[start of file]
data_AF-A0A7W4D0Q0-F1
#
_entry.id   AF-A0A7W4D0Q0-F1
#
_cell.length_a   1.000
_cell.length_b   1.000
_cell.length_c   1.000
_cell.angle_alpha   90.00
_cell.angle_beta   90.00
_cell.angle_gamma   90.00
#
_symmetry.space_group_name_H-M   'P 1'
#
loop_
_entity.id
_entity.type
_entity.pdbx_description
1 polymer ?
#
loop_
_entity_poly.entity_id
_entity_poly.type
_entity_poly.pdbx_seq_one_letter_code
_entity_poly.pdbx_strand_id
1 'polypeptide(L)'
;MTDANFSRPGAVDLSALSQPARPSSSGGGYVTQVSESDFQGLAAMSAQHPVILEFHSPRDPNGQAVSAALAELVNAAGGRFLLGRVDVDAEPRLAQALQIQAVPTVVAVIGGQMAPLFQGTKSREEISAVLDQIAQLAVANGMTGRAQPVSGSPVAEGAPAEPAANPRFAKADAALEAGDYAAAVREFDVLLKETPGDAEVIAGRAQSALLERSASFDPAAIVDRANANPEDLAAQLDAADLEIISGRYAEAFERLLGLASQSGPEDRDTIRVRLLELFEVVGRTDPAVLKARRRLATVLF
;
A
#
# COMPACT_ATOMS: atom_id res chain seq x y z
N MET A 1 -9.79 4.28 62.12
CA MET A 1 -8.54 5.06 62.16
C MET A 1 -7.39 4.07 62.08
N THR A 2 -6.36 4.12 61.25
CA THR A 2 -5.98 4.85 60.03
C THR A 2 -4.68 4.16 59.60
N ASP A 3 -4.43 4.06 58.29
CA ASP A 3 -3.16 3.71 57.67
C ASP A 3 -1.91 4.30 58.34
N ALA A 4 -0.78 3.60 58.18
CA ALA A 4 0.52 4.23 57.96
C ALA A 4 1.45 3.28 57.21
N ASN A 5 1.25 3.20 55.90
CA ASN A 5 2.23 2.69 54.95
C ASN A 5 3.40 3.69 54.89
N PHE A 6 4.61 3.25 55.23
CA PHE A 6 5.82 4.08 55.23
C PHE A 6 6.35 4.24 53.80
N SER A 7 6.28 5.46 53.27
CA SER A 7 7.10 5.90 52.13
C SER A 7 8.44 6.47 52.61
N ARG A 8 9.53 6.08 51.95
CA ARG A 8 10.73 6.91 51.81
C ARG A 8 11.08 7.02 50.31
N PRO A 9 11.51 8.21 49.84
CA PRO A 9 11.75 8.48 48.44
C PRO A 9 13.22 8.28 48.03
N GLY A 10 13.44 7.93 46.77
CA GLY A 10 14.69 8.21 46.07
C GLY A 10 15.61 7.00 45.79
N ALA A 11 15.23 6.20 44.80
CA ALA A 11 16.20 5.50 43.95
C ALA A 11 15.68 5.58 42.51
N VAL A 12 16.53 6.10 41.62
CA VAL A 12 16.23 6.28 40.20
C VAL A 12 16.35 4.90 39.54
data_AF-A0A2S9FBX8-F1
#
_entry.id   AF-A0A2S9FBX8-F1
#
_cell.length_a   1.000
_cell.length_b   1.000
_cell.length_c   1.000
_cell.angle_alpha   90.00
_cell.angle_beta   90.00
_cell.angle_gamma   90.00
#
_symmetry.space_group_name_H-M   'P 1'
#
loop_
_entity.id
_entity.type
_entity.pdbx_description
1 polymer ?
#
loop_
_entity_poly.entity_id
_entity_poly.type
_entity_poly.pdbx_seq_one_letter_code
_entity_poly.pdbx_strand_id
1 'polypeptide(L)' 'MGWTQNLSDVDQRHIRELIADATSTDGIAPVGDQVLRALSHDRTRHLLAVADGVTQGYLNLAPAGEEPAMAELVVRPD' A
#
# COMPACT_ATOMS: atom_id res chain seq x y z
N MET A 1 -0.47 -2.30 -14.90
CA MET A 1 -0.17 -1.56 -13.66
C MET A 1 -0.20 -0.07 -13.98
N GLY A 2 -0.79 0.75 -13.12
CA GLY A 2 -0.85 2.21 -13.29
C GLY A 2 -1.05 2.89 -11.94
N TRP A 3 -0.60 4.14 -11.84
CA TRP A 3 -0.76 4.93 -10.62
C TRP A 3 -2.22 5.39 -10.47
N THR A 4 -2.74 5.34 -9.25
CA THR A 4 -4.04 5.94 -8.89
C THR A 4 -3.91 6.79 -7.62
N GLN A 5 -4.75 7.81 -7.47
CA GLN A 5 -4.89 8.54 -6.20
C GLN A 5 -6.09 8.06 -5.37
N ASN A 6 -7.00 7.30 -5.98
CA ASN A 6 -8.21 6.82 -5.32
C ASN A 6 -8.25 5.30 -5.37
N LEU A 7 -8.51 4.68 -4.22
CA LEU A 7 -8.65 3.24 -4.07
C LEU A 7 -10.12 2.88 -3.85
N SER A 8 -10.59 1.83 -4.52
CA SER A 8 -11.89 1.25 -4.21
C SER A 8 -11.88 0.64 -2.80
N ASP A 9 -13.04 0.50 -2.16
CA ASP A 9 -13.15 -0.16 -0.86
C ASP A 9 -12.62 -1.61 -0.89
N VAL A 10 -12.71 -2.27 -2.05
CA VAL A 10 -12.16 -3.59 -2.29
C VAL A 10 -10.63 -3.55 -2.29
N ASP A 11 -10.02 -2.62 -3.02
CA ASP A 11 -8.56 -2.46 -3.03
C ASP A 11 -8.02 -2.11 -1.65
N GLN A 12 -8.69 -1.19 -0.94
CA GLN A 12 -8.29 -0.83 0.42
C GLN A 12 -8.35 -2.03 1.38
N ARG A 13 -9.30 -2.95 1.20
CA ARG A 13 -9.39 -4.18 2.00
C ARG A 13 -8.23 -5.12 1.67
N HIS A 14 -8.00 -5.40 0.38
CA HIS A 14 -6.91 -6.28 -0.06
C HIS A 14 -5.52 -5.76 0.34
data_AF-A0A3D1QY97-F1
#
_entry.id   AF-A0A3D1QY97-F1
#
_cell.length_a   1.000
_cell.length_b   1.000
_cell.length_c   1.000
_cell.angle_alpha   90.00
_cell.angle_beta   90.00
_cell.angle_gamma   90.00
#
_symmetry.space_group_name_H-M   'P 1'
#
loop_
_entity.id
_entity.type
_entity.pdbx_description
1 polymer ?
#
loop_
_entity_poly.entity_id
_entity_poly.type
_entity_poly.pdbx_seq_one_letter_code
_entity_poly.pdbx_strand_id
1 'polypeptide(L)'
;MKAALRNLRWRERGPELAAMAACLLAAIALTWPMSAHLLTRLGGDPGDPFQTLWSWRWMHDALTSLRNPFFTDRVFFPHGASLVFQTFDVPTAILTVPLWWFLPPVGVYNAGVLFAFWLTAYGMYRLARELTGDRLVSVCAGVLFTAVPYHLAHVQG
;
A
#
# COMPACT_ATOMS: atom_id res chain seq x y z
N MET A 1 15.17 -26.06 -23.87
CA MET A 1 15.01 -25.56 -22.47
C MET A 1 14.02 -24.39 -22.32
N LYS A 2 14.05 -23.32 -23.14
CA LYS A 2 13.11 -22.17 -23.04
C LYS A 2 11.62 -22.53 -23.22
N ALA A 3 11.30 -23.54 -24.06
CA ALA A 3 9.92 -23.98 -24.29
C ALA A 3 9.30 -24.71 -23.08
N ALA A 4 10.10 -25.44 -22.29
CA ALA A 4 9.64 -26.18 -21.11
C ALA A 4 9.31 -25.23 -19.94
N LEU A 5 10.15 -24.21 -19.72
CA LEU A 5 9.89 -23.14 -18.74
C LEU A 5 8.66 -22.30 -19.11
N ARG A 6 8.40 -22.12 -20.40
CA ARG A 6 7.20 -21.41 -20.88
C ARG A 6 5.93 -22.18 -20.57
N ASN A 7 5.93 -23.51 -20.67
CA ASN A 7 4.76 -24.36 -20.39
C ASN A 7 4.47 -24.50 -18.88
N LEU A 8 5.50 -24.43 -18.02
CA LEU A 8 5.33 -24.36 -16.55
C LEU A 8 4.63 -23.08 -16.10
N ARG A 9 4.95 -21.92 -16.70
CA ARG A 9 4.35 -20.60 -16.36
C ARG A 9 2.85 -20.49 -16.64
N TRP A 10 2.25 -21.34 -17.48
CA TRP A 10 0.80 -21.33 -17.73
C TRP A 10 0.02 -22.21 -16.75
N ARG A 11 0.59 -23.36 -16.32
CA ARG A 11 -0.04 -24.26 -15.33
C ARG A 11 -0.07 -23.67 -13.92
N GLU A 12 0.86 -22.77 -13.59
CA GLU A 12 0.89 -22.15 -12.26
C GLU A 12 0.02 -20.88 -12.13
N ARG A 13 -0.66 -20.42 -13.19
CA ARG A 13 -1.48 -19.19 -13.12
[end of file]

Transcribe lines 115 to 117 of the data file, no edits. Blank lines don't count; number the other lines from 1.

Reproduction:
N SER A 8 -10.59 1.83 -4.52
CA SER A 8 -11.89 1.25 -4.21
C SER A 8 -11.88 0.64 -2.80